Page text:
Monday, June 19, 2006

NEWS FLASH: Episcopal General Convention, A.D. 2021

LAS VEGAS, June 18, 2021: Holding its 80th General Convention in Las Vegas this week, The Episcopal Church broke new ground by naming as its new Presiding Bishop Muffin, a 26-year old Rhesus Macaque from the Diocese of Los Angeles. Muffin, who holds an honorary Ph.D. in Theology from Yale Divinity School, had previously served as the Bishop of West Hollywood. Muffin is the first non-human primate to be elected as a Primate in the Anglican Communion, which faces schism over the appointment.

In a break with tradition, the installation mass was held immediately following the election in the Madonna Room of Circus Circus. The service featured a magnificent new organ-grinder concerto commissioned especially for the event, as well as a moving liturgical dance by the Folies Bergere showgirls. An ecumenical sermon was delivered by Sri Svanapanda Prabhubada of The Society for Krishna Consciousness, entitled “Jesus Schmesus – The Many Paths to Niceness.” During the offertory, the new bishop herself went up and down the aisles collecting donations in a tin cup. Communion was given using banana slices and mango juice instead of the traditional bread and wine.

Integrity, a group of moderate laity and clergy within The Episcopal Church, released a statement praising the selection of Muffy as a “bold move forward which demonstrates The Episcopal Church’s commitment to inclusivity for all living things.” Integrity spokescreature Shamu expressed hope that a future convention would go beyond “animal chauvinism” to elevate a being from one of the other kingdoms of life to the primacy. Bishop Phyllis Creeper of South Florida, a split-leaf philodendron, is considered a leading candidate for the next Episcopal convention in 2024. One delegate, who asked to remain unnamed, said that he saw no objections to a photosynthesizing leader. “Most of our bishops are vegetation as it is. Putting a plant in the PB’s chair just seems like a logical next step.”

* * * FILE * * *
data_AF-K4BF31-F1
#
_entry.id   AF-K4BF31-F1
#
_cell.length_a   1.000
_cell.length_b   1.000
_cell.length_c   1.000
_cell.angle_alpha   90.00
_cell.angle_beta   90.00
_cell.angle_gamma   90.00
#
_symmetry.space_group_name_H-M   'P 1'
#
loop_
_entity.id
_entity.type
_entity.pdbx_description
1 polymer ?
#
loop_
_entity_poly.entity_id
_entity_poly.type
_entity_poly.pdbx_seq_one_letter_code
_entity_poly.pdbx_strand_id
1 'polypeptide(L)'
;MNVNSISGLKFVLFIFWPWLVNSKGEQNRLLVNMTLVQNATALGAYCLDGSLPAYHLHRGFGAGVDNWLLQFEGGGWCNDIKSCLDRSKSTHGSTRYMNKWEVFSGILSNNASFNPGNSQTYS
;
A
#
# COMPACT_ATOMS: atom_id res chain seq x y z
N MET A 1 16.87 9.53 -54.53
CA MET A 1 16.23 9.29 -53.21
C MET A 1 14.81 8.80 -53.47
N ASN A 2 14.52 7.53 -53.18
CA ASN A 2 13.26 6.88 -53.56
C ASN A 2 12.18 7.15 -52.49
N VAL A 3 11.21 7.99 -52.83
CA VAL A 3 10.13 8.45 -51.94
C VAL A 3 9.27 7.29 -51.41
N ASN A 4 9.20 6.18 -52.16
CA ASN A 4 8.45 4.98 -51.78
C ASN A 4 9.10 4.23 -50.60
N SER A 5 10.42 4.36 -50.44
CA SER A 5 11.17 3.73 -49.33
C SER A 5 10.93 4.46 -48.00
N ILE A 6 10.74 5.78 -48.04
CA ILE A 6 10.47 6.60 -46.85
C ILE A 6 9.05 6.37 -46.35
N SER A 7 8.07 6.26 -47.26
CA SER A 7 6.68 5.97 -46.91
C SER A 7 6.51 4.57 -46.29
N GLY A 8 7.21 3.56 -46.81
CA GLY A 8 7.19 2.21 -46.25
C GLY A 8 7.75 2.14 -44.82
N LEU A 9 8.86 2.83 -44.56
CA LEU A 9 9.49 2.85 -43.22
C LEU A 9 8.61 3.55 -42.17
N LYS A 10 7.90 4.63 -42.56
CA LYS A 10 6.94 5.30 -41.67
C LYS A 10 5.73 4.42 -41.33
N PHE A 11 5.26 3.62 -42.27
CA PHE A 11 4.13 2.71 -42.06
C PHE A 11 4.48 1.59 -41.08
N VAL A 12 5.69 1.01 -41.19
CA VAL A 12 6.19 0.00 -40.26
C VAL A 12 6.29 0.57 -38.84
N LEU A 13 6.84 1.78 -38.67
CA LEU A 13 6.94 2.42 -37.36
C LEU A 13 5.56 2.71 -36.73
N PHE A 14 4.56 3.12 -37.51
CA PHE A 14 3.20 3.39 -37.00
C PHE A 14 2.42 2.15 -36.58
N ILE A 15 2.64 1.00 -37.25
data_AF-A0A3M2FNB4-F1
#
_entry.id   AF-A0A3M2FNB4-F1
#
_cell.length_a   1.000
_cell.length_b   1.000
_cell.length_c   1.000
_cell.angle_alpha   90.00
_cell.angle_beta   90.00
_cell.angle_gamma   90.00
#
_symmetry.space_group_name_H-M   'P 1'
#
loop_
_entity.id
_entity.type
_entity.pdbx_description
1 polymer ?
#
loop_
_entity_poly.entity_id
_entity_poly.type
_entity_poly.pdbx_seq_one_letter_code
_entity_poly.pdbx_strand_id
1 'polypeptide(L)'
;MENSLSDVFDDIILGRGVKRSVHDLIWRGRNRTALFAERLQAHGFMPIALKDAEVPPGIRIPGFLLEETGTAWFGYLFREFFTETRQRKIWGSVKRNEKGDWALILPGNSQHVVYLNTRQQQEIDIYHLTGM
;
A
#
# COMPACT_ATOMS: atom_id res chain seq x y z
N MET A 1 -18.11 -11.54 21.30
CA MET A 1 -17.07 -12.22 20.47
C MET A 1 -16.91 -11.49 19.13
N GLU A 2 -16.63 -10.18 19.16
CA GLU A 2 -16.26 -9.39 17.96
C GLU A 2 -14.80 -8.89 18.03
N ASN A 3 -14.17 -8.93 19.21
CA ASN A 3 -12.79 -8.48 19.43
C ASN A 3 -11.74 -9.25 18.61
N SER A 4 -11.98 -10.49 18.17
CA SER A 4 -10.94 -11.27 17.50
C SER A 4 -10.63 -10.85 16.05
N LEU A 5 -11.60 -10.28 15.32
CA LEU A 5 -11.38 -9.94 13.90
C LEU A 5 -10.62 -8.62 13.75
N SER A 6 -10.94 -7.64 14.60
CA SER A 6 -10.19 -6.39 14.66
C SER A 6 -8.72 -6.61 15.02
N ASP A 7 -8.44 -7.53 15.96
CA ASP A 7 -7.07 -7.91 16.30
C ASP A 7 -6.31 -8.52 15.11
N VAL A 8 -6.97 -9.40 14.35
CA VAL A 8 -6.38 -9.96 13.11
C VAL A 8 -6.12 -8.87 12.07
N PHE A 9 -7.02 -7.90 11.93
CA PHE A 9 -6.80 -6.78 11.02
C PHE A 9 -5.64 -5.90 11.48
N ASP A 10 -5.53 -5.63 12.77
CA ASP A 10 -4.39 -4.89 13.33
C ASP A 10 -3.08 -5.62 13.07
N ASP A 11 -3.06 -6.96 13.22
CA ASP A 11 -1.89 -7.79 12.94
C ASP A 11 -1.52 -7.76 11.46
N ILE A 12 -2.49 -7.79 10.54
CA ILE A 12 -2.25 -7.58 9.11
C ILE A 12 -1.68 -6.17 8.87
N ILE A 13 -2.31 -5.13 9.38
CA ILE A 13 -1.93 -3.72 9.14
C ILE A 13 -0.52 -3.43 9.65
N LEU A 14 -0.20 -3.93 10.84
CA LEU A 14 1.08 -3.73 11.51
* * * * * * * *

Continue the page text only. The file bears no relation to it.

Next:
Conservative groups within the church were generally displeased. A number of archconservatives opposed the elevation of a simian to the highest position in the church, claiming that it was in direct opposition to the criteria for bishops established in the so-called “pastoral letters” ostensibly written by Saul of Tarsus. A spokesman for the new bishop dismissed the objections as “the literalistic scriptural interpretations of a fundamentalist fringe.” The American Anglican Council released a statement predicting that the election of Bishop Muffy would likely cause dissension within the greater Anglican Communion. They did note, however, the fact that the new primate, being a vertebrate, actually did have a spine. They expressed hope that this shared anatomical feature between the bishop and conservatives might be the basis for conversations that would prevent schism in the Church, but warned that – if current trends continued – they might eventually be forced to split.

In other Episcopal news, the convention approved a change to church laws removing “Trinity Sunday” from the liturgical calendar as being “too controversial and divisive,” and substituted the feast of St. Darwin. Delegates also approved a resolution to offer monetary reparations for the Church’s complicity in the extinction of a prior species of humans, describing the crime as “genocide against our Neanderthal brothers and sisters.”

The church’s Committee on Evangelization, recognizing the fact that the growing number of ordained Episcopal clergy had now exceeded the average Sunday attendance for the church as a whole, proposed a plan to evangelize robots in hopes of filling the pews sufficiently to give each clergycreature a pulpit in which to preach.

The convention will continue for three more days, or until the majority of deputies lose it all at the craps table.